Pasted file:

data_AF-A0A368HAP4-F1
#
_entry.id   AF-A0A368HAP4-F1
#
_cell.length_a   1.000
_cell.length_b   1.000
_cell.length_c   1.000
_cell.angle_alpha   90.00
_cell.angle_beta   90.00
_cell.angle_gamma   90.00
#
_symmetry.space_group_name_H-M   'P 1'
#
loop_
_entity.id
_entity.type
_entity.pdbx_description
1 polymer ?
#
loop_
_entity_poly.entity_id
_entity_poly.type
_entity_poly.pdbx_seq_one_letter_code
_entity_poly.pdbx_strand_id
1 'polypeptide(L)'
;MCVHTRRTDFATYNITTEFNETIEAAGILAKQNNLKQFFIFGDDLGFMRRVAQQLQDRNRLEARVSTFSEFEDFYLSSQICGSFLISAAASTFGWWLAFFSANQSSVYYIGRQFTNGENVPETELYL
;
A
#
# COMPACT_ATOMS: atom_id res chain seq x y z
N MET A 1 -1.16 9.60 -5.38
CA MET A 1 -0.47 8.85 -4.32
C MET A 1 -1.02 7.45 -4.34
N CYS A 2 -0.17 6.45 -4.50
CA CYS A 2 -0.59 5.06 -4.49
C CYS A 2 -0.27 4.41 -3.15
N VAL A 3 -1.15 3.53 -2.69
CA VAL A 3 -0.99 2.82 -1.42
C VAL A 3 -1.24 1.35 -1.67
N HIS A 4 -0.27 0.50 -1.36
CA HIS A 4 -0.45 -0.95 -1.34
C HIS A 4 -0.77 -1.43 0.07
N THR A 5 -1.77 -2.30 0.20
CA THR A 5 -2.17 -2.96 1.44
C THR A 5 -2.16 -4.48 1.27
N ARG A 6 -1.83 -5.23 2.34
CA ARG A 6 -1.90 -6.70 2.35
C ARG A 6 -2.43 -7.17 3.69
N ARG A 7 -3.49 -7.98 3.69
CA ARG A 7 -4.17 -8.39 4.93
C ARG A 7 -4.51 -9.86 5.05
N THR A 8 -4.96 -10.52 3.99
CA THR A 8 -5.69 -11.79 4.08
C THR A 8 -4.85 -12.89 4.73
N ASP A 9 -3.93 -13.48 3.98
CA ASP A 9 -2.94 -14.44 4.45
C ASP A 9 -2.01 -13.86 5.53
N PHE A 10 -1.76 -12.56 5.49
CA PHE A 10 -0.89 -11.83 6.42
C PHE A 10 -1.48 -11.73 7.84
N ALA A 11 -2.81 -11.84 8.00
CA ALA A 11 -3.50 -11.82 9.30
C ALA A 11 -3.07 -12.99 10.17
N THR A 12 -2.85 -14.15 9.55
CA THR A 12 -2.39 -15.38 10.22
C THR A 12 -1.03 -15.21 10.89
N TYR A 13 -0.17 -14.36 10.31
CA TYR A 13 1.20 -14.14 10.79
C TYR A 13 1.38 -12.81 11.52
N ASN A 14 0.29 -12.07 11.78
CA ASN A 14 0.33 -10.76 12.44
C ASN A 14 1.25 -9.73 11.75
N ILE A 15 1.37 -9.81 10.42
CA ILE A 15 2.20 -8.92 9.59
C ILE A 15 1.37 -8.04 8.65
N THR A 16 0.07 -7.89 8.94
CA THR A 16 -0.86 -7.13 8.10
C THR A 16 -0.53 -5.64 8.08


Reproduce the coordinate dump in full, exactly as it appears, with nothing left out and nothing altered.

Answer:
data_AF-A0A368HAP4-F1
#
_entry.id   AF-A0A368HAP4-F1
#
_cell.length_a   1.000
_cell.length_b   1.000
_cell.length_c   1.000
_cell.angle_alpha   90.00
_cell.angle_beta   90.00
_cell.angle_gamma   90.00
#
_symmetry.space_group_name_H-M   'P 1'
#
loop_
_entity.id
_entity.type
_entity.pdbx_description
1 polymer ?
#
loop_
_entity_poly.entity_id
_entity_poly.type
_entity_poly.pdbx_seq_one_letter_code
_entity_poly.pdbx_strand_id
1 'polypeptide(L)'
;MCVHTRRTDFATYNITTEFNETIEAAGILAKQNNLKQFFIFGDDLGFMRRVAQQLQDRNRLEARVSTFSEFEDFYLSSQICGSFLISAAASTFGWWLAFFSANQSSVYYIGRQFTNGENVPETELYL
;
A
#
# COMPACT_ATOMS: atom_id res chain seq x y z
N MET A 1 -1.16 9.60 -5.38
CA MET A 1 -0.47 8.85 -4.32
C MET A 1 -1.02 7.45 -4.34
N CYS A 2 -0.17 6.45 -4.50
CA CYS A 2 -0.59 5.06 -4.49
C CYS A 2 -0.27 4.41 -3.15
N VAL A 3 -1.15 3.53 -2.69
CA VAL A 3 -0.99 2.82 -1.42
C VAL A 3 -1.24 1.35 -1.67
N HIS A 4 -0.27 0.50 -1.36
CA HIS A 4 -0.45 -0.95 -1.34
C HIS A 4 -0.77 -1.43 0.07
N THR A 5 -1.77 -2.30 0.20
CA THR A 5 -2.17 -2.96 1.44
C THR A 5 -2.16 -4.48 1.27
N ARG A 6 -1.83 -5.23 2.34
CA ARG A 6 -1.90 -6.70 2.35
C ARG A 6 -2.43 -7.17 3.69
N ARG A 7 -3.49 -7.98 3.69
CA ARG A 7 -4.17 -8.39 4.93
C ARG A 7 -4.51 -9.86 5.05
N THR A 8 -4.96 -10.52 3.99
CA THR A 8 -5.69 -11.79 4.08
C THR A 8 -4.85 -12.89 4.73
N ASP A 9 -3.93 -13.48 3.98
CA ASP A 9 -2.94 -14.44 4.45
C ASP A 9 -2.01 -13.86 5.53
N PHE A 10 -1.76 -12.56 5.49
CA PHE A 10 -0.89 -11.83 6.42
C PHE A 10 -1.48 -11.73 7.84
N ALA A 11 -2.81 -11.84 8.00
CA ALA A 11 -3.50 -11.82 9.30
C ALA A 11 -3.07 -12.99 10.17
N THR A 12 -2.85 -14.15 9.55
CA THR A 12 -2.39 -15.38 10.22
C THR A 12 -1.03 -15.21 10.89
N TYR A 13 -0.17 -14.36 10.31
CA TYR A 13 1.20 -14.14 10.79
C TYR A 13 1.38 -12.81 11.52
N ASN A 14 0.29 -12.07 11.78
CA ASN A 14 0.33 -10.76 12.44
C ASN A 14 1.25 -9.73 11.75
N ILE A 15 1.37 -9.81 10.42
CA ILE A 15 2.20 -8.92 9.59
C ILE A 15 1.37 -8.04 8.65
N THR A 16 0.07 -7.89 8.94
CA THR A 16 -0.86 -7.13 8.10
C THR A 16 -0.53 -5.64 8.08